While I was in Seattle we had a group working on subdivision for conceptual design. The workflow was as follows. Combine coarse meshes through booleans to create a mesh for the subdivision process. Problem was that booleans create nasty meshes and nasty meshes create subdivision surfaces with unwanted ripples. Charles calls this "garbage in garbage out." Our meshes were quads and I had the idea that maybe keeping triangles around would help. It does help and the hybrid scheme is cool. It did not solve all of our problems however. When I was finishing up this research I remembered that Charles presented some work on the regular quad/triangle case at a Dagstuhl seminar. Since Charles is a friend and was living in Seattle I contacted him and we wrote this paper together.


Jos Stam (2003)

ACM Transactions on Graphics (SIGGRAPH Proceedings)
July 2003, 22(3)
pp. 724-731 

I thought it would be cool to combine my fluid work with my subdivision work. Actually I always wanted to see flows on surfaces not just flat squares. My Stable Fluids solver provides the fluid dynamics and the exact evaluation allows these flows to be mapped to arbitrary Catmull-Clark surfaces. These maps introduce metrics so the Navier-Stokes equations have to be generalized somewhat. Also patch to patch boundaries are somewhat tricky to implement. This paper is a nice combination of cool math and fun coding.


Adrien Treuille, Antoine McNamara, Zoran Popovic, Jos Stam (2003)

pp. 716-723

In 2002 my company Alias|wavefront closed our Seattle office. I then worked from my loft in Pioneer Square but also hung out at the University of Washington. There I got in touch with Zoran and AA. Zoran proposed to control fluids. I thought he was crazy at first. But AA convinced me otherwise and I ended up coding my own version once I knew it was possible. Unlike what is described in the paper I used some form of automatic differentiation. I also translated the bfgs solver to C using f2c. I also used this framework to control a simple rigid body.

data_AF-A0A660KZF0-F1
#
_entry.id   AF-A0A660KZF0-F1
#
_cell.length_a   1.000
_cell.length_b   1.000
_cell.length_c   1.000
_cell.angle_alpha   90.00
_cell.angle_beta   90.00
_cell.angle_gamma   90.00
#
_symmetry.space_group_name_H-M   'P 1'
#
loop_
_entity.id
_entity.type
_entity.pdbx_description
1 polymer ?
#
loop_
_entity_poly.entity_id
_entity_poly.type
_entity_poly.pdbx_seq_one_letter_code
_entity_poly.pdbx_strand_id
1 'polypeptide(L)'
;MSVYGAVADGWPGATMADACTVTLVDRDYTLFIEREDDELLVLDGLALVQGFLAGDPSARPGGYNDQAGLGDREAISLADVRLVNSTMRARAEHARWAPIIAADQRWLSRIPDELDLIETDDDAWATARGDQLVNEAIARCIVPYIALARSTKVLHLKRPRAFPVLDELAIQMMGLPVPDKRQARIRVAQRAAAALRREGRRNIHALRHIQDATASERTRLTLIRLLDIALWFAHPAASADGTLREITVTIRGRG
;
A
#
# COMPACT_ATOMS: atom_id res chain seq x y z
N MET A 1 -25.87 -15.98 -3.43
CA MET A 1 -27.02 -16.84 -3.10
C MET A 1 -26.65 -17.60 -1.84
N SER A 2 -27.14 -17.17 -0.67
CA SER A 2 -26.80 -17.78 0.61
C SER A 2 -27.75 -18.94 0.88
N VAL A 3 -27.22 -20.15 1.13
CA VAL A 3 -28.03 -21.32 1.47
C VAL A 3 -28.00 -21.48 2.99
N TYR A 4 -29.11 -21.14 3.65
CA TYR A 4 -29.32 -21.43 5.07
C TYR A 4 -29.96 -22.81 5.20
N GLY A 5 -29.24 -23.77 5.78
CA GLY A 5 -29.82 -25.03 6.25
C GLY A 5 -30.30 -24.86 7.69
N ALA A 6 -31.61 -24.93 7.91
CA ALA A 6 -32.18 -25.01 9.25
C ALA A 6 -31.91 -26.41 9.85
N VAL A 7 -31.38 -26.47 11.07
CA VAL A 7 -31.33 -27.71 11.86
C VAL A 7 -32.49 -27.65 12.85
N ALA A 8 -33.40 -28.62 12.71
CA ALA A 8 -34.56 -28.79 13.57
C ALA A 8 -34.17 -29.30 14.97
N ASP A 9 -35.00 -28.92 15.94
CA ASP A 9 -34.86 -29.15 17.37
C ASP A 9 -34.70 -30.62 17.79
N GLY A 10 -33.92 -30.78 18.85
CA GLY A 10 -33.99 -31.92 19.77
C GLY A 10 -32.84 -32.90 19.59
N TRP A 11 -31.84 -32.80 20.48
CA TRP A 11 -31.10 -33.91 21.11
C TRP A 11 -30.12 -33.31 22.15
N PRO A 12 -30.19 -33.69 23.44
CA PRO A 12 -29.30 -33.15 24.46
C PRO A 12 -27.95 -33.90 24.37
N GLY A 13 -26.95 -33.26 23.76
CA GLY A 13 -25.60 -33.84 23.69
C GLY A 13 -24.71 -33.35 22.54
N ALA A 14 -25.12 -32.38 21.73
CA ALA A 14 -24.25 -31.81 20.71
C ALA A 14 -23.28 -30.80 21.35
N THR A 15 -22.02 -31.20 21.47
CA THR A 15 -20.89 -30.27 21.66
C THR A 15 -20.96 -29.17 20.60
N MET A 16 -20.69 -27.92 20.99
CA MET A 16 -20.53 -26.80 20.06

Jos Stam (2003)

GDC 2003 Conference proceedings:
Game Developers Conference

In 2002 my company asked me to submit something about fluids to the annual Gamer Conference. I had been coding on small devices and considerably simplified my code. I brought it down to roughly 100 lines of readable and self-contained C code. I included it in my GDC paper and on the accompanying CD. There is no more arguing whether Stable Fluids is easy to implement. Download and try it at home. Still some people complained I didn't include a Makefile. I wish most papers would release some sort of simple code of their technique to get people started.


Jos Stam (2001)